I pray for the person who wrote the blog that God would break through his/her logic or religious belief. I would dare him to go and see what the Baker’s are doing for the Kingdom of God.

  • Thanks for shining light on this!

    I’m afraid sometimes it is ignorance that speaks out against things that we actually just do not understand (yet) and because we don’t understand them we think they are wrong or not of God and so must warn the world as was this case with Heidi Baker. She is familiar with persecution and suffering, it is sad when it comes from the “church”. But I have never seen a love flowing in someone’s eyes like that of Heidi Bakers!

    What we need is unity. John 17:20-21 “My prayer is not for them alone. I pray also for those who will believe in me through their message, that all of them may be one, Father, just as you are in me and I am in you. May they also be in us that the world may believe that you have sent me.”

    According to Jesus unity will show the world the Father sent the Son!

  • Thanks Seth. These are good words. Sometimes “awareness breeds discontent”. I suspect this entire arena is a “tension to be managed not a problem to be solved”. Love you….

  • **mArC** The Schifano Tribe

    Hey, you know what?, you sure do love a lot !! And your advice on these topics has helped me a lot.

  • This is SO good. I’ve been so bogged down by “truth keepers”. I see no mercy in the world of technology most days. It is beautiful and refreshing to see it come from your keyboard. I also want others to tell me how well I have loved, rather than how many “inconsistencies” I exposed.

  • I think those of us with a ‘prophetic edge’ especially need to guard against this very thing. I can remember from a very early age saying ‘Truth is my pursuit.’ And I was ‘redirected’ by Holy Spirit at one time to beware of my spiritual antennae being attuned to ‘goodness’ and not ‘truth.’ (That’s because I’ve mostly been an optimist who has sought to ‘draw out’ the good in people that they don’t even necessarily know is in them, but was erring by always ‘reading’ positive even when God was trying to alert me to be more discerning.) That being said, ‘truth’ without love is clearly revealed in the Bible as a dangerous weapon. Jesus Himself is identified as the Way, the Truth, and the Life, but that is presented as Good News because it is wrapped in the package of sacrificial love.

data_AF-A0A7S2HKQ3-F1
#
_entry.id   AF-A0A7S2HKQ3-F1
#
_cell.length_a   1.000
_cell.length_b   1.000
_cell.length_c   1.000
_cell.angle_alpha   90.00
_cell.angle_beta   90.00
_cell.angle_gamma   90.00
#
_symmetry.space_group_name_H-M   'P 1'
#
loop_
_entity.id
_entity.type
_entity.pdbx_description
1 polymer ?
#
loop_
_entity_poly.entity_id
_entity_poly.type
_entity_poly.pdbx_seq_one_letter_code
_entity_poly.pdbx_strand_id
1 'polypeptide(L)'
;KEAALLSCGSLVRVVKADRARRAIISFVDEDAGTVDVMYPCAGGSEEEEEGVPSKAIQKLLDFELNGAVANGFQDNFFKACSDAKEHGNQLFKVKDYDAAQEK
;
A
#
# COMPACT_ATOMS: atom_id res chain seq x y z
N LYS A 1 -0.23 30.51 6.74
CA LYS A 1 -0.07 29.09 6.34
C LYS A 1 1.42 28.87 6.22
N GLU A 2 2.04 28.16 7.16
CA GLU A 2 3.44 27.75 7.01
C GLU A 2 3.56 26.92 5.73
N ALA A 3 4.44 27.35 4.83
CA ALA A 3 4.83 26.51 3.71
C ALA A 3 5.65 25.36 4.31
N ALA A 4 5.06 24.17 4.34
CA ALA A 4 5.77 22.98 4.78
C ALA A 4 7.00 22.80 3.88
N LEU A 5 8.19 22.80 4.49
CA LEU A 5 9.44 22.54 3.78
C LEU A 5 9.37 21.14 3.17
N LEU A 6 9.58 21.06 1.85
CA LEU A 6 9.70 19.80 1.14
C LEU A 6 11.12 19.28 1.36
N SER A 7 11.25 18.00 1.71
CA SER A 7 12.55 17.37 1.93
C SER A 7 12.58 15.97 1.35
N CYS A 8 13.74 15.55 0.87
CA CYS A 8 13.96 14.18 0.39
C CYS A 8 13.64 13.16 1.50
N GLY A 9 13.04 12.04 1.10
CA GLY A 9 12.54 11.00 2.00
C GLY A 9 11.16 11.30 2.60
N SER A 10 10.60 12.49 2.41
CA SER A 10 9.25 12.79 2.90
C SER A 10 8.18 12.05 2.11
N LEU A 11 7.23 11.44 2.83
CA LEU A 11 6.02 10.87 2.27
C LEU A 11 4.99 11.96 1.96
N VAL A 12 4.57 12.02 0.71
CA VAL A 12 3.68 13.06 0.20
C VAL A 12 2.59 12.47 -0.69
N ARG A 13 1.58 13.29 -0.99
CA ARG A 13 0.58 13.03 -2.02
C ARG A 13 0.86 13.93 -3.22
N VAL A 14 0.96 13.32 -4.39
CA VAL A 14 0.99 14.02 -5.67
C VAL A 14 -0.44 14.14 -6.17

(P.S. Love your last 2 sentence paragraph.)

  • Having worked with the Baker’s from the beginning of their Mozambican ministry and through the years, one of the first things both Heidi and Rolland would say is “We aren’t perfect.” They don’t set themselves up as models for the church/Christian world, but today’s Christian’s do seem to follow the ways of the world and make ‘superstars’ and idols out of their speakers/ministers who are in a public arena. Knowing Heidi and Rolland, I think their first response to the ‘blog critic’ would be, “Oh yes, you’re right. We could do things much better. But we can’t do it without help. So, please come over and help us make disciples.”